hibakusha


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hibakusha

(hɪˈbɑːkʊʃə)
n, pl -sha or -shas
(Historical Terms) a survivor of either of the atomic-bomb attacks on Hiroshima and Nagasaki in 1945
[C20: from Japanese, from hibaku exposed + -sha -person]
References in periodicals archive ?
In addition, the prime minister's wholehearted commitment and action to make the dreams of the hibakusha come true would lead us all by 2020 to a new world of ''zero nuclear weapons,'' an achievement that would rival in human history the ''discovery of zero'' itself.
North Korean officials say there are some 1,300 victims -- known as ''hibakusha'' in Japanese -- in the country and many suffer from various effects of the bombings such as leukemia and thyroid cancer.
Kyodo sent questionnaires to 87 hibakusha who attended events in New York during the conference, with responses obtained from 66 of them.
Hirotami Yamada, a senior member of a group of A-bomb sufferers and family of those killed in the 1945 atomic bombing of Nagasaki, said he hopes the Indian minister will meet with hibakusha radiation sufferers during his visit.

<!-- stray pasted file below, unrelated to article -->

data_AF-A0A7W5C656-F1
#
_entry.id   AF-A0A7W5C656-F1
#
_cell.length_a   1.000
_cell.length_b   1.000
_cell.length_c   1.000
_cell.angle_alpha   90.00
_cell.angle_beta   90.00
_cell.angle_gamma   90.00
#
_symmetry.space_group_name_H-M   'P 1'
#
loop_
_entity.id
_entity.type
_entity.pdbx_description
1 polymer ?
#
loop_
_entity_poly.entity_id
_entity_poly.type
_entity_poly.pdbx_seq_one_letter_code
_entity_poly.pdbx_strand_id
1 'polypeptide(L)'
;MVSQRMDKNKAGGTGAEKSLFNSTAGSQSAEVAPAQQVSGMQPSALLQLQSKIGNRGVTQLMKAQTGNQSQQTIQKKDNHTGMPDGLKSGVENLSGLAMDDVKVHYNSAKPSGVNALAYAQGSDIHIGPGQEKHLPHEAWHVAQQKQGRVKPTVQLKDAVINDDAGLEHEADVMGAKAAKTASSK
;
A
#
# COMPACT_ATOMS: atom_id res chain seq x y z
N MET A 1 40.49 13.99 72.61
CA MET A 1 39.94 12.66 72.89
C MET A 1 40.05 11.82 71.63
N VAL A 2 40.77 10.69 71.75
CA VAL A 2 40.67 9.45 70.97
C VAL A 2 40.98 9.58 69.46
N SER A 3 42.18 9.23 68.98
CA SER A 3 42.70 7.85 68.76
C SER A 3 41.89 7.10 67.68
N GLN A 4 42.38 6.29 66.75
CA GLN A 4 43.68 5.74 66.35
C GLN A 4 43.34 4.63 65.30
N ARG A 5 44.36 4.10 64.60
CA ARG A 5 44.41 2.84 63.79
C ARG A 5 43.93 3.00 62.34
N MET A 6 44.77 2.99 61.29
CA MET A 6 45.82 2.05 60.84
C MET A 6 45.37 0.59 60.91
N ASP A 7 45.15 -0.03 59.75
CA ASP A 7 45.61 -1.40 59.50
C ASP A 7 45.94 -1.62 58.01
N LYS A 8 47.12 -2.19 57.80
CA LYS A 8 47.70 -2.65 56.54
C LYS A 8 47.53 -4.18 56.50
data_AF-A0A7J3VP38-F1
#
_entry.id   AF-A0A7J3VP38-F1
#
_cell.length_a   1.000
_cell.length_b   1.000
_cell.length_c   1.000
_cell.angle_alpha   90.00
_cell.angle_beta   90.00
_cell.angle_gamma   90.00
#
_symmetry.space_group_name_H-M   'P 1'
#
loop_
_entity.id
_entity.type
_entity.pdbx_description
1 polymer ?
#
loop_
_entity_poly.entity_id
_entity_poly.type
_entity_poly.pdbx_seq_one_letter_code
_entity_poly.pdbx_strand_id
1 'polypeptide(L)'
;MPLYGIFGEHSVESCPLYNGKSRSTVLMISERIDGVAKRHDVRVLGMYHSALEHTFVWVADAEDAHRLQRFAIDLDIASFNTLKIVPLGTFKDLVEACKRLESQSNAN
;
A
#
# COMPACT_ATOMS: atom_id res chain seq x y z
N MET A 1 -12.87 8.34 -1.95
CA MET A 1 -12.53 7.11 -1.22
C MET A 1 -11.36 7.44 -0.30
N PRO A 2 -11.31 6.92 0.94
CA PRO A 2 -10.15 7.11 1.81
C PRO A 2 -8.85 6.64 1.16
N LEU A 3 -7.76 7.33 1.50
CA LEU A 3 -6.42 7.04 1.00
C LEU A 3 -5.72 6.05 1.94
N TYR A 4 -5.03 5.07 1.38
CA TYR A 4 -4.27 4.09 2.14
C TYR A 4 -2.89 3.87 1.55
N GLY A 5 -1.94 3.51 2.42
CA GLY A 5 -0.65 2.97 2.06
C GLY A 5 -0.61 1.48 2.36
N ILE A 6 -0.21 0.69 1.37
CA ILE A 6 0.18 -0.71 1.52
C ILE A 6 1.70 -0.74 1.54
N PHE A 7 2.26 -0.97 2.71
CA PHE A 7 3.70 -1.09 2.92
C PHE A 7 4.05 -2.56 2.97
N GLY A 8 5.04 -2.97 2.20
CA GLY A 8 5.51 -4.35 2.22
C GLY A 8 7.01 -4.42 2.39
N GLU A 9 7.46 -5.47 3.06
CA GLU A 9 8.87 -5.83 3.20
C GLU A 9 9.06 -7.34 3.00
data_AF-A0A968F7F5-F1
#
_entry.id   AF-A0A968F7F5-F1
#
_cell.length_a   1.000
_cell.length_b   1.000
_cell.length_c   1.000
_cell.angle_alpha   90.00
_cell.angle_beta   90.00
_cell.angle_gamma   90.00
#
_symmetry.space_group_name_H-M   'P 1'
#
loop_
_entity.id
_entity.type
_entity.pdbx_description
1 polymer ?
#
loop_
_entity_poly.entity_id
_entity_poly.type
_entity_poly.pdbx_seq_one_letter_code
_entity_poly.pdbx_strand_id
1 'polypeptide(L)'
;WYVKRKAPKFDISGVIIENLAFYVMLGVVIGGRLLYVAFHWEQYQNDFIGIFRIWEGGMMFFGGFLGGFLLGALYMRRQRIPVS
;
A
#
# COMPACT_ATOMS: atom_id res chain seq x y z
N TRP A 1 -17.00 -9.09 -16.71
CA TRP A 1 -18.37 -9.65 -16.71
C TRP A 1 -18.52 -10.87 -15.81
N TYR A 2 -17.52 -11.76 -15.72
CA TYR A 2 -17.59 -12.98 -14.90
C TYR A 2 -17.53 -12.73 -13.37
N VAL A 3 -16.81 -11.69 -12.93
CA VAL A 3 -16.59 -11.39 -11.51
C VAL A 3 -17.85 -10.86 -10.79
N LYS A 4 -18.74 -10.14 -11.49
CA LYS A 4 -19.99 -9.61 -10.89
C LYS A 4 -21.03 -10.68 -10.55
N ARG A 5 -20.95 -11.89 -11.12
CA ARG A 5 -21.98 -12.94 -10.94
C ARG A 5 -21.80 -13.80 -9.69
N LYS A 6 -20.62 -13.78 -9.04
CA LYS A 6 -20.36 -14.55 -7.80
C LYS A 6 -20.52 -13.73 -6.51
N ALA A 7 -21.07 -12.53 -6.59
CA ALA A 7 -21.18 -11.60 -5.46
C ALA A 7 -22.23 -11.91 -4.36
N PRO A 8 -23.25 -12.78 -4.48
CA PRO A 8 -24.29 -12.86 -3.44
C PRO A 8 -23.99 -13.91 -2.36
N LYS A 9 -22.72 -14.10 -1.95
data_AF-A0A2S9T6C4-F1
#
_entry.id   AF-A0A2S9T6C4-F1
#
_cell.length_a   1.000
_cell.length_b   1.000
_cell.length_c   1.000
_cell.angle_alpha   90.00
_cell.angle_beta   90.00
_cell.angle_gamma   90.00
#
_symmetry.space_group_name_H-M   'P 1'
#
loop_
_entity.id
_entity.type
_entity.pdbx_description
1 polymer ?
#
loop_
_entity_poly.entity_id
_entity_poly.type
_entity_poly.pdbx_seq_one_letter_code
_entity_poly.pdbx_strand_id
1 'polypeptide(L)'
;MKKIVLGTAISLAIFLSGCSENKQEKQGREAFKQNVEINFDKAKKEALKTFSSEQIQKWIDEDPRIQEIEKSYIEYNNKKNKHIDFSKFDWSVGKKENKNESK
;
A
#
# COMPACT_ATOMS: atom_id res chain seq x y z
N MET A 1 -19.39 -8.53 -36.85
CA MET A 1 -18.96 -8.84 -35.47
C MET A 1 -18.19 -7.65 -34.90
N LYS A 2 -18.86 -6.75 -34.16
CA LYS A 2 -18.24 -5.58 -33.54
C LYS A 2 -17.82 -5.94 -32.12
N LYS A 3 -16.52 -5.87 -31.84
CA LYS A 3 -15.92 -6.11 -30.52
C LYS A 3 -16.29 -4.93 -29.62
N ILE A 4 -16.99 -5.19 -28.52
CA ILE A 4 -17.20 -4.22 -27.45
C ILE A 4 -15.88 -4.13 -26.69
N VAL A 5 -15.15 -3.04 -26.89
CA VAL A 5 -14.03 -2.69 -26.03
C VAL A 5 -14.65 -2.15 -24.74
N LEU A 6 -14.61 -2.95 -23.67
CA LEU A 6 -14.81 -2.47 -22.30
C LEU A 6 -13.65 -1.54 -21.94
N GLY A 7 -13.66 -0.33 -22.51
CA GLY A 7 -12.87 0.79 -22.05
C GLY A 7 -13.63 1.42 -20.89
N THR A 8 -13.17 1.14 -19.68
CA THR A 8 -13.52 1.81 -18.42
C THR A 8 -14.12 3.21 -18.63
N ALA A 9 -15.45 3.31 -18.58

The people of Hiroshima and Nagasaki, led by the survivors, called hibakusha in Japanese, have been at the forefront.
The survivors of Hiroshima and Nagasaki, the Hibakusha, have become the leaders of peace and disarmament throughout the world.
Thus was born the idea for Hibakusha Stories: Testimonies of Atomic Bomb Survivors and Today's Nuclear Weapons.
The ceremony was highlighted by a choral presentation exclusively by 'hibakusha,' or survivors of the bombing.
At a meeting later Thursday with Abe, an atom bomb survivor, or "hibakusha," confronted the prime minister, asking how exactly he could bridge the divide while remaining under the U.S.
The average age of the hibakusha (atomic-bomb sufferers) is now over 82, according to Taue.
Those who survived the bombing there, and at Nagasaki a few days later, are referred to in Japan as hibakusha.